Dr Max Ulrich Schoop (pictured above) pioneered metal spraying in the early 1900’s when he, whilst firing pellets out of a toy cannon he had bought for his young son, discovered that molten lead and zinc would stick to almost any surface.
Metal Spray is the process where molten metal is applied to a substrate to enhance its properties (hardness, anti-corrosion, wear, dielectric, restoring dimensions etc.).
No solvents or chemicals are used.
The metal/thermal spray process is a coating procedure used to change the surface properties of a part by adding a layer(s) of material to increase many factors:
The materials used in this coating procedure can be:
Substrate materials include:
The process of Metalspraying, Thermalspray, and Spray Galvanising all of which and others refer to the same process has been in existence since the early 1900’s and is a process used worldwide.
The Metalspray process involves the melting of a wire (Zinc in this case) and projecting it by compressed air onto the work piece to provide a coating that can be tailored to suit the environment into which the component will be located.
NO! It only uses a heat source through which a powder or wire is fed, melted and projected onto the substrate.
Metalspraying offers the following advantages:
No it is not necessary to paint the coating afterwards however in doing so and correctly applied it can enhance the life of the coating further , plus we can’t get Red or blue or …. Zinc, Aluminium, etc.
Metalspraying offers the following advantages over painting:
Compared to Electroplating Metalspray offers:
Yes the Flame, Arc and HVOF processes can all be operated on site as they are available in mobile forms. Standard Health & Safety procedures need to be applied after undertaking a site risk assessment as with any other process to be used on a site scenario.
Yes over the years the Metalspray Industry has developed International standards (ISO) as well as regional standards based upon the International ones. The standards cover such things as:
If you are applying and Anti corrosive coating Zinc , Aluminium or one of their alloys to a substrate then the surface would need to be clean and dry and then Grit blasted . If an Engineering coating is being applied then the component should be de-greased, pre -machined normally by turning a rough thread.
If the component has been in service running in oil then pre heating the component to between 260° C and 370 °C and maintaining this temperature until oil ceases to come to the surface or until all smoking stops will satisfactorily clean the component.
No, the media to be used for surface preparation should be:
Generally speaking there is no limit; however from a practical point of view excessive coating thickness is unnecessary. In some cases the coating thickness maybe determined from standards that will give life expectancy until first maintenance in other cases it can be the requirement necessary to restore a part to its original condition.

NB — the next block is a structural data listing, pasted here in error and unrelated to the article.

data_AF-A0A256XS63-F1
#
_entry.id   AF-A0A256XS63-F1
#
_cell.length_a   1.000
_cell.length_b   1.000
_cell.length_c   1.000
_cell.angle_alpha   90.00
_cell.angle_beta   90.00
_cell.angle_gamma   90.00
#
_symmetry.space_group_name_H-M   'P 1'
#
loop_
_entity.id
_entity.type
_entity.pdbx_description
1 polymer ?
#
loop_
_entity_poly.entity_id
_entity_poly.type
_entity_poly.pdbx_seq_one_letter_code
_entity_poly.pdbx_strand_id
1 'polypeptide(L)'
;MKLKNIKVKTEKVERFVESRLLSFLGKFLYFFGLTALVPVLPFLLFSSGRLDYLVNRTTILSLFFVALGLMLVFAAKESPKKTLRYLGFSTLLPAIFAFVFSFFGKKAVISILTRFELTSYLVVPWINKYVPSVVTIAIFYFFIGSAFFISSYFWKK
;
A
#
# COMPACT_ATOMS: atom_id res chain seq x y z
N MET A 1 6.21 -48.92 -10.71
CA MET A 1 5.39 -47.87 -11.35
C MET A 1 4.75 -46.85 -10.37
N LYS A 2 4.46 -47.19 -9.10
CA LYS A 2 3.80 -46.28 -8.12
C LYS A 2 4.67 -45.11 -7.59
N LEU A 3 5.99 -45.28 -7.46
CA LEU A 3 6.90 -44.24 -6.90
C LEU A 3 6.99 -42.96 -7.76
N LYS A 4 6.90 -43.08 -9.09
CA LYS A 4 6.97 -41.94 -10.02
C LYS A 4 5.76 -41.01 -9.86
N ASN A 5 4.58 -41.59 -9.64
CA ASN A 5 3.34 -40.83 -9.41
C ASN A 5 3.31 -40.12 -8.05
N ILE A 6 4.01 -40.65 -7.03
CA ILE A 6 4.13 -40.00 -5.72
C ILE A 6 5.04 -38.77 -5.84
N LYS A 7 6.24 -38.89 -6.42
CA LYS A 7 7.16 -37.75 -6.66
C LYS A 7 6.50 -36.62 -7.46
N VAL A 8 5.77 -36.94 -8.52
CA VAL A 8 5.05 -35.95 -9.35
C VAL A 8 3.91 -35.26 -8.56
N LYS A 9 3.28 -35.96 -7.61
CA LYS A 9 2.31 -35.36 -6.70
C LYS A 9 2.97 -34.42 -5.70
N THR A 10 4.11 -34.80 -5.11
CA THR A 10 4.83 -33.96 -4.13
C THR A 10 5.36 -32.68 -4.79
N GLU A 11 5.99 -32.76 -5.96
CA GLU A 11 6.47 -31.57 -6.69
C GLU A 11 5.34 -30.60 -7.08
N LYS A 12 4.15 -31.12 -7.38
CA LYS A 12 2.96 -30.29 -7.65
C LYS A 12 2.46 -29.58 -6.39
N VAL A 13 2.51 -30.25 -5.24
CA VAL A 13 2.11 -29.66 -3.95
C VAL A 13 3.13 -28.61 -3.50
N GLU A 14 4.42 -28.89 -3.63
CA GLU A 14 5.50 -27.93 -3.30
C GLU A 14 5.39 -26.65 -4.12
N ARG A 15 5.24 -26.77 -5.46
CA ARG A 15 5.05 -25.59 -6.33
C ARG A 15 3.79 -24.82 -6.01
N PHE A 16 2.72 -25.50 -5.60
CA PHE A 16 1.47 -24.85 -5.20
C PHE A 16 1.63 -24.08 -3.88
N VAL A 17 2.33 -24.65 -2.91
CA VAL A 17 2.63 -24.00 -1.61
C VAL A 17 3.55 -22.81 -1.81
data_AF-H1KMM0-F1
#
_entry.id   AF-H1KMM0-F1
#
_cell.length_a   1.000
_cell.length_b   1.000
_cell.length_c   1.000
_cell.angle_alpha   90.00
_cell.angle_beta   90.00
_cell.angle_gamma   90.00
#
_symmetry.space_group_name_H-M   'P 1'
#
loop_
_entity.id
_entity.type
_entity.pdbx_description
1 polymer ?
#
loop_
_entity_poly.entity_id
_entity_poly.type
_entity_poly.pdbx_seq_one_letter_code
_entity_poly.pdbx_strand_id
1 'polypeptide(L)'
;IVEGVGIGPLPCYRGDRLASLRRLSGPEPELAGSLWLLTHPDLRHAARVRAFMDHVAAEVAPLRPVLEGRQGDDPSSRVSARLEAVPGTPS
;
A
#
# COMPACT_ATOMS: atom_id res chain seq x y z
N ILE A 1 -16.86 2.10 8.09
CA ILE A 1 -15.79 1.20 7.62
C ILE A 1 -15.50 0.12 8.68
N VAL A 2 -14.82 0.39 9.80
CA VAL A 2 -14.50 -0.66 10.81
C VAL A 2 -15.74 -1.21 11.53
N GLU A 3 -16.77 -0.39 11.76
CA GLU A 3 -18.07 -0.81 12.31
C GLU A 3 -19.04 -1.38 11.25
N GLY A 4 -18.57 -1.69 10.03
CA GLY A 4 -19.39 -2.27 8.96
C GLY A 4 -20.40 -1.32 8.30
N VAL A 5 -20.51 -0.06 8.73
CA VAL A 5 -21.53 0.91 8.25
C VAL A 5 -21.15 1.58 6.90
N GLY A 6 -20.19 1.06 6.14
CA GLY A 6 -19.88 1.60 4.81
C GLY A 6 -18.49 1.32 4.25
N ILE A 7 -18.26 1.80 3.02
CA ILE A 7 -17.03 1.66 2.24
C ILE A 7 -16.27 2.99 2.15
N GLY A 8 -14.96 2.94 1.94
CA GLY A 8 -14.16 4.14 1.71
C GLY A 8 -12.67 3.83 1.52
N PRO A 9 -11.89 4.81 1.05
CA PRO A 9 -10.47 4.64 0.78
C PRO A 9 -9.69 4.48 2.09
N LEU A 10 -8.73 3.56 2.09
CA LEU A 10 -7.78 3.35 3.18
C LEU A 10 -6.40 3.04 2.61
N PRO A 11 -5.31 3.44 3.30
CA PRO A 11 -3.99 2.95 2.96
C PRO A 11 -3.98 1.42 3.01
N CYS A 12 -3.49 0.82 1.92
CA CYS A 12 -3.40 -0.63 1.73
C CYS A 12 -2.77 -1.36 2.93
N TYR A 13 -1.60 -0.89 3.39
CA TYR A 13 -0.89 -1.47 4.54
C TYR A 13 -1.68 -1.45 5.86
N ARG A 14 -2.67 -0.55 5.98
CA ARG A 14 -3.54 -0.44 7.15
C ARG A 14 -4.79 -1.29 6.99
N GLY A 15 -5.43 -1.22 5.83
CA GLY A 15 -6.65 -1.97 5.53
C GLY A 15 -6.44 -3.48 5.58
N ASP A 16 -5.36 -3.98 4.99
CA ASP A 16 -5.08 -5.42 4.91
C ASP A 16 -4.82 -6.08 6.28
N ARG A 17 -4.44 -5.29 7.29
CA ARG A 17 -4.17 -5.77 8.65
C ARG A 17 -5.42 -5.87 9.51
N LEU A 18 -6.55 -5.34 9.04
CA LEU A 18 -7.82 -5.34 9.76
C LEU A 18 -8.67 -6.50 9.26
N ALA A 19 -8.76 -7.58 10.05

The International Standard BS EN ISO 2063 as well as AS/NZ 2312 gives recommendations of coating thickness and time until first maintenance.
In North America the Metalspray process is known as “metallizing” or “Thermal Spray” with early work being carried out by the American Welding Society (AWS) who in 1953, exposed panels coated with flame sprayed zinc and aluminium and various sealers. Very favourable results were reported after 19, 34 and 44 years of exposure at coastal and industrial sites. This work was followed up by the US Army Corps of Engineers with successful trials of Metalspray as a more abrasion resistant coating than vinyl on dam gates, and which resulted in a comprehensive design manual (USACE, 1999) which is available on the internet.
The US Federal Highway Agency noted (FHWA 1997) that work by the AWS and US Navy showed that “properly applied metallized coatings (zinc, 85% Zinc/15% Aluminium, and Aluminium) of at least 6 mils thickness provide at least 20 years of maintenance free corrosion protection in wet, salt-rich environments and are expected to provide 30 years of protection in most bridge exposure environments”. The FHWA has sponsored several research projects coating steel bridge beams with TSM, including one of environmentally acceptable materials which found that the thermal sprayed zinc (TSZ) systems were the best performing over 40 coating systems tested (which included top coated and single coat “high-ratio” and other inorganic zinc silicates) with no undercutting at scribe marks after 6.5 years exposure, and had the lowest Life Cycle Cost.
Thermal Sprayed Aluminium (TSA) has been widely used in offshore oil and gas industry and by 1997 over 400,000 sq. metres of TSA had been applied to oil platforms in the North Sea to provide corrosion protection to flare stacks, riser pipes in the splash zone and submerged tethered legs (e.g. Conoco’s Hutton platform built in 1984). Experience indicated that TSA coatings, when properly applied and with the use of specific sealer systems, will provide a service life in excess of 30 years with zero maintenance required.
In short, the years of testing and results which have accumulated into the various standards demonstrate the coatings ability to withstand the harshest of environments and to with stand the test of time.